Maximum Continuous Rating
This is the highest engine rating that can operate continuously at approximately 90 to 95% of the maximum power. It is more than what is required for climbing at a good fuel economy. Operational demand in this rating arises from specific situations – for example, a very fast climb to altitude (mainly in military use). Typically, a climb is accomplished at around 85% power to reduce stress on the engine and to achieve better fuel economy. For this reason, the maximum continuous rating is not included with some engines and rather is merged with the maximum climb rating.
Maximum Climb Rating
The climb schedule is accomplished at approximately 85 to 90% of the maximum power. A typical climbing time for a civil aircraft is less than 30 to 40 minutes, but it can run continuously.
Maximum Cruise Rating
This rating is approximately 80 to 85% of the maximum power matched to the maximum cruise-speed capability. Unless there is a need for higher speed, typical cruise is performed at a 70 to 75% power rating, called the cruise rating. This gives the best fuel economy for the LRC. In a holding pattern in an airport vicinity, engines run at still lower power, barely maintaining altitude while waiting for clearance to proceed. The rating depends on the weight of an aircraft; at the end of cruise (lightweight), an approximate 65% rating is sufficient.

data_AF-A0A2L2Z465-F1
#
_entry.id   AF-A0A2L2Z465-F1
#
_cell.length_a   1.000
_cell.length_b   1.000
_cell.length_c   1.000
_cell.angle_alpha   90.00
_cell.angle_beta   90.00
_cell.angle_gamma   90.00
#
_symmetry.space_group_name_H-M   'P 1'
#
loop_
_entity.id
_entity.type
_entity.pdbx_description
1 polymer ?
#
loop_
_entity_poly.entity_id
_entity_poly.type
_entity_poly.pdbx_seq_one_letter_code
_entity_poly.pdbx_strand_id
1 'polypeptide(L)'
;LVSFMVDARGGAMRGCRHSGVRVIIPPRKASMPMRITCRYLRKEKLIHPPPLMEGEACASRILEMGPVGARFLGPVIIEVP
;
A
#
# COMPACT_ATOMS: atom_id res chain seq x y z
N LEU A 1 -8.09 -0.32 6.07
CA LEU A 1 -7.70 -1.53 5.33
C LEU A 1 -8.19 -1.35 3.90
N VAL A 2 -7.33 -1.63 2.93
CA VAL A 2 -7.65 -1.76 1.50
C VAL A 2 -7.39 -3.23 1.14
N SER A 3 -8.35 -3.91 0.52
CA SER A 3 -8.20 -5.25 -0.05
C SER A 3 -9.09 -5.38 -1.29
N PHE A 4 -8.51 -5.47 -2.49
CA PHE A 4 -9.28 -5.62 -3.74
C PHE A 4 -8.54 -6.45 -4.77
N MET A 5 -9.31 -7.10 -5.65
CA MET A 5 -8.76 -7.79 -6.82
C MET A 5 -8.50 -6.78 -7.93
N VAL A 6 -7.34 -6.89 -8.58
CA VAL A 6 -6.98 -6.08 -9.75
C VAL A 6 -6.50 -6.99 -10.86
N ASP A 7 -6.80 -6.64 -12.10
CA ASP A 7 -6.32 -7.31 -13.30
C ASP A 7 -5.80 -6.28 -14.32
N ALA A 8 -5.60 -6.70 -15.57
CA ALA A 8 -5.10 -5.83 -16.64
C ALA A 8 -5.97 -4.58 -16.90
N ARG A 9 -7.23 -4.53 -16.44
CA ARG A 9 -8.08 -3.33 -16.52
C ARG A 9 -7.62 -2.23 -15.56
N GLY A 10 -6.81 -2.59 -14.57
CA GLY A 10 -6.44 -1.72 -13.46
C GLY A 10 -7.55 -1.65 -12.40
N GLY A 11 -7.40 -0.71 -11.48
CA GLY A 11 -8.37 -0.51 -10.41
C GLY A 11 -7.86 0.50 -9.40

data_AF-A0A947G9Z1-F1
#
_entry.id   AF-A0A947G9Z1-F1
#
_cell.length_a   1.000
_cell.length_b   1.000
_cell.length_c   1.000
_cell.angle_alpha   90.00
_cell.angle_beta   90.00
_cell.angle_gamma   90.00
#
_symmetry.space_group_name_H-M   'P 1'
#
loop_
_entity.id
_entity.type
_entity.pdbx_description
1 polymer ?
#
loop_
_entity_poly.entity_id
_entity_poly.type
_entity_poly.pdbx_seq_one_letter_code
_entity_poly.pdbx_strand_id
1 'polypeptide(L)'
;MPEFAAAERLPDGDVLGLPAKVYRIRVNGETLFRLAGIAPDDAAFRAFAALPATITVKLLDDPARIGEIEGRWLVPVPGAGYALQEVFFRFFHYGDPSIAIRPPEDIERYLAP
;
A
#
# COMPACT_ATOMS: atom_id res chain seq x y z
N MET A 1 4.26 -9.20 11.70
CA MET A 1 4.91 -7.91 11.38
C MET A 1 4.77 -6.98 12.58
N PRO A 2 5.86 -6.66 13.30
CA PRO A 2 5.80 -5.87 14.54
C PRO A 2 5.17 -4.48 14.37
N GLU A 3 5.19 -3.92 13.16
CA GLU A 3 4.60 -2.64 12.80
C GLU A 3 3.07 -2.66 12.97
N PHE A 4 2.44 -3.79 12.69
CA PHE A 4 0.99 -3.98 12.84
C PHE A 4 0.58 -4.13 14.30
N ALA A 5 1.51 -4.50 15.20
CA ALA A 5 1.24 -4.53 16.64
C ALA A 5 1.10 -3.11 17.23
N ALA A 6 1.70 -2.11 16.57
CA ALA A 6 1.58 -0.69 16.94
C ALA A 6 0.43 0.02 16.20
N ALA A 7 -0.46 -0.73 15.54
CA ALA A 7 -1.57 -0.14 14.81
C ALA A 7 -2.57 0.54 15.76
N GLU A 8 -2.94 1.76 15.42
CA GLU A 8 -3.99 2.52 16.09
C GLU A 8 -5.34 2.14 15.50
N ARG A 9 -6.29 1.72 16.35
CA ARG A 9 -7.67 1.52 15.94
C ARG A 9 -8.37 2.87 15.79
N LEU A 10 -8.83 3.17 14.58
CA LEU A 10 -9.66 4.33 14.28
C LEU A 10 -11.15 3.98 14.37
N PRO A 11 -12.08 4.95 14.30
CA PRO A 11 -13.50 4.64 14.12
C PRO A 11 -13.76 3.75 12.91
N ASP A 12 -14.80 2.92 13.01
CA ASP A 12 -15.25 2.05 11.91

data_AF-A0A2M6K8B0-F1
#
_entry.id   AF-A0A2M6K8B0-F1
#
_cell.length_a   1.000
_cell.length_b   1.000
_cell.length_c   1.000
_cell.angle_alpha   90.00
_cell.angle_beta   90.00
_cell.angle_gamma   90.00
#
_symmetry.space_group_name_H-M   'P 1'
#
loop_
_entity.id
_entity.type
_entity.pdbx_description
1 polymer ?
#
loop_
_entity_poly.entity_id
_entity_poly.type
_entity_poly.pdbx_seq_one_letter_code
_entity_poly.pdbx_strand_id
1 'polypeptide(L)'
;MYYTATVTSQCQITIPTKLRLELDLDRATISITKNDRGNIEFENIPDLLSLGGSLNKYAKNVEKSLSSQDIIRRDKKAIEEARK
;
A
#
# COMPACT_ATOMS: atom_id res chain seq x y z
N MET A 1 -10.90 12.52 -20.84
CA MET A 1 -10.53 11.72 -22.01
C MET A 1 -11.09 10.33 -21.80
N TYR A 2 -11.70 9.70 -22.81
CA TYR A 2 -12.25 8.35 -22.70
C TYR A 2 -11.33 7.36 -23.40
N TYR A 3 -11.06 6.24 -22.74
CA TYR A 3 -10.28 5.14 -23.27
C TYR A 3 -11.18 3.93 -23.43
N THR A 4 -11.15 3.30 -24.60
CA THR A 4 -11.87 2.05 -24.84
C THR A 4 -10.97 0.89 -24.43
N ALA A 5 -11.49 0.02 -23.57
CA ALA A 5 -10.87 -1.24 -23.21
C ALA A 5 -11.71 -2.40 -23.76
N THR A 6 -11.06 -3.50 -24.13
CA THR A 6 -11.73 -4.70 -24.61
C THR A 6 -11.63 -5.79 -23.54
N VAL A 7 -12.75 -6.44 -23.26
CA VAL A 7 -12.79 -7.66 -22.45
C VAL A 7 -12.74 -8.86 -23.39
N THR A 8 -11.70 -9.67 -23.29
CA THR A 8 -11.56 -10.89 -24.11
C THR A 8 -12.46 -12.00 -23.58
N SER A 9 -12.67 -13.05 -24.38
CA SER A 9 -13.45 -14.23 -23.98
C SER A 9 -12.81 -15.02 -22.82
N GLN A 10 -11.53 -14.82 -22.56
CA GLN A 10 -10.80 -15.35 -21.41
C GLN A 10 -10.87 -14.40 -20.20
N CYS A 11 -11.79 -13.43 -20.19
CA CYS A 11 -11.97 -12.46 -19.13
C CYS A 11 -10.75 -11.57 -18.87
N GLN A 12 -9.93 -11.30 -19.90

This rating is at approximately 40 to 50% of maximum power and is intended for an engine to run without flameout but also produces practically no thrust. This situation arises at descent, at approach, or on the ground. During a descent, it has been found that better economy can be achieved by descending at partial throttle, at about a 60% power rating. This results in a shallower glide slope to cover more distance and consume less fuel.
Representative engine performances of various types at takeoff, maximum climb, and maximum cruise ratings are given in this section for an ISA day. Engine manufacturers also supply performance data for non-ISA days, which is more critical for hot and high-altitude conditions when engines produce considerably less power. To protect engines from heat stress, a fuel-control system is tuned to cut off power generation to a flat-rated value (at an ISA-day engine rating) up to a hot day that can be 20° C above the ISA day. This book does not address non-ISA-day performances; in the industry, they are supplied.